Leveraging Information Technologies and Policies to Influence Short- and Long-term Travel Decisions

2019-08-13T19:36:14Z (GMT) by Yuntao Guo
Growing automobile dependency and usage continue to exacerbate traffic congestion, air pollution, and physical inactivity in metropolitan areas. Extensive efforts have been made to leverage advanced technology and related policies to influence short- (within-day and day-to-day) and long-term (mobility and lifestyle) travel decisions to address these issues from the system operator and individual traveler perspectives. However, most studies have yet to address system operator and individual traveler needs together; provide sufficient understanding of the impacts of such technologies on safety and health; and consider the impacts of distinctive regional and political characteristics on responses to different policies among population subgroups.
This dissertation seeks to facilitate the leveraging of information technologies and related policies to influence short- and long-term travel decisions by: (1) developing a framework for apps that integrate augmented reality, gamification, and social component to influence travel decisions that address multiple user- and system-level goals, (2) understanding the safety and health impacts of these apps, (3) developing strategies to influence residential location decision-making to foster sustainable post-relocation travel behavior, (4) investigating the impacts of economic and legal policies on travel decisions by considering distinctive regional and political characteristics.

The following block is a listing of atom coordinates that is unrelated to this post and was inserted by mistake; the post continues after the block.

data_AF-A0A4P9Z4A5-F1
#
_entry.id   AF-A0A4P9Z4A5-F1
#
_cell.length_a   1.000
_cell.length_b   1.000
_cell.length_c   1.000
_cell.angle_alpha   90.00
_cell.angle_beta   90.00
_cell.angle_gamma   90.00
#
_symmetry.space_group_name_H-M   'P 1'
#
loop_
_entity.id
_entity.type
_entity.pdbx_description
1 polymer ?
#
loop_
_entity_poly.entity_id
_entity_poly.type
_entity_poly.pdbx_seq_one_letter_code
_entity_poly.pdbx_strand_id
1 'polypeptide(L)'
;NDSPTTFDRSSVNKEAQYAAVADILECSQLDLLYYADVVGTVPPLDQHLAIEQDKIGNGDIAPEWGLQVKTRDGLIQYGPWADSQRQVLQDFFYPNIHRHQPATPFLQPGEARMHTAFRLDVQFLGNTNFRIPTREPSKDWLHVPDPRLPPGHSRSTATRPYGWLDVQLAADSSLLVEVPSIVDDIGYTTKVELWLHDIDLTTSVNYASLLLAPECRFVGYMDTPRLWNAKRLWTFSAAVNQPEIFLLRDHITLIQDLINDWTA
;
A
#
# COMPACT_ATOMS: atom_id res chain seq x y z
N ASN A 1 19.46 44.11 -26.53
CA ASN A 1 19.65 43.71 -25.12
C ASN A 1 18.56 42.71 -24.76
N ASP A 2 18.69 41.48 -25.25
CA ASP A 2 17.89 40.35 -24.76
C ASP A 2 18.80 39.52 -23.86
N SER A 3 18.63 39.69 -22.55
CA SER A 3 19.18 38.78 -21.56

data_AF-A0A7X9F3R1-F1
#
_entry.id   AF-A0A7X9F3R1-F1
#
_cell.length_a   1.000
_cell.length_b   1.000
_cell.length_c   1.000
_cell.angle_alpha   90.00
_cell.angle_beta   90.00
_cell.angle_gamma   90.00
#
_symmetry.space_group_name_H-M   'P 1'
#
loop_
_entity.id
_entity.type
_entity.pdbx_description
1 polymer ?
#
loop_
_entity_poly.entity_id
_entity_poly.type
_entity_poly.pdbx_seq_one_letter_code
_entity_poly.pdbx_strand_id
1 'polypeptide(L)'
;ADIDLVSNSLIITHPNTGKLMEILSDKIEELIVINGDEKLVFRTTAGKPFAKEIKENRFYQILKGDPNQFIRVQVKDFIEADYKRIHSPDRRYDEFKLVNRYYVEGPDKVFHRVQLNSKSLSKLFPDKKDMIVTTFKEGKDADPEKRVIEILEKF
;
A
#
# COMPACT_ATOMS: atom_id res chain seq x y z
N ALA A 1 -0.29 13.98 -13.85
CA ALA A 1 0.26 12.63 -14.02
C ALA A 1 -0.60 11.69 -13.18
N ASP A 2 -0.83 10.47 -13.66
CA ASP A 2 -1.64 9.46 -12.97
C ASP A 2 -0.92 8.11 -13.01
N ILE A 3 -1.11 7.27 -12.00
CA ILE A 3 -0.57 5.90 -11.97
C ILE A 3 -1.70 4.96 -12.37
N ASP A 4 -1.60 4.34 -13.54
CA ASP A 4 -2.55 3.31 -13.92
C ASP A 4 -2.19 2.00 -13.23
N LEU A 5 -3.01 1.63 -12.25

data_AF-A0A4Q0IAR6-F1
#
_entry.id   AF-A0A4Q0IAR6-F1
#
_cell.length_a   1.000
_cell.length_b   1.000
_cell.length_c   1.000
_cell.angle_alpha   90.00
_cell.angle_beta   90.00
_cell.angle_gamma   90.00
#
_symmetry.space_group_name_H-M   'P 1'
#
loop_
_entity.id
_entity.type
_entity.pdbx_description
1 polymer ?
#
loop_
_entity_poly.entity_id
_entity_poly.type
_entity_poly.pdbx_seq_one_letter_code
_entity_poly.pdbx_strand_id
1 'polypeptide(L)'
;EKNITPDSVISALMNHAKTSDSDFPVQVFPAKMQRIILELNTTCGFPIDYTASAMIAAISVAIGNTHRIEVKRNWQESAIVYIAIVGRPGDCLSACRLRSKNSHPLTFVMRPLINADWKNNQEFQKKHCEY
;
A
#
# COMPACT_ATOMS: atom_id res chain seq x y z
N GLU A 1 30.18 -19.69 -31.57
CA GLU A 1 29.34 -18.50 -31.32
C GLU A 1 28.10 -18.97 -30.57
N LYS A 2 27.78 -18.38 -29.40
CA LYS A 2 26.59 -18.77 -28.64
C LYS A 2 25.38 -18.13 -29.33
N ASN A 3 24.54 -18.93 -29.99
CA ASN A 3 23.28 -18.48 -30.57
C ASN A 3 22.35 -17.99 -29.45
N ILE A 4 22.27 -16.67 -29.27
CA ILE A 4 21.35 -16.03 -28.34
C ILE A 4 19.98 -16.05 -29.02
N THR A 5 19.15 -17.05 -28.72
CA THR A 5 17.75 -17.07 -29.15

This dissertation can provide insights to system operators for designing a new generation of apps to dynamically manage traffic in real-time, promote long-term mode shifts from single-occupancy driving to carpooling, public transit use, walking and cycling, and address individual traveler needs. The dissertation also presents app mechanisms for providing feedback to legislators and app developers for designing policies and apps geared towards safe usage and promoting the physical and mental health of its users.
In addition, by considering the impacts of distinctive regional and political characteristics on population subgroups in terms of their responses to information technologies and economic and legal policies, additional measures can be deployed to support and facilitate the implementation of such technologies and policies.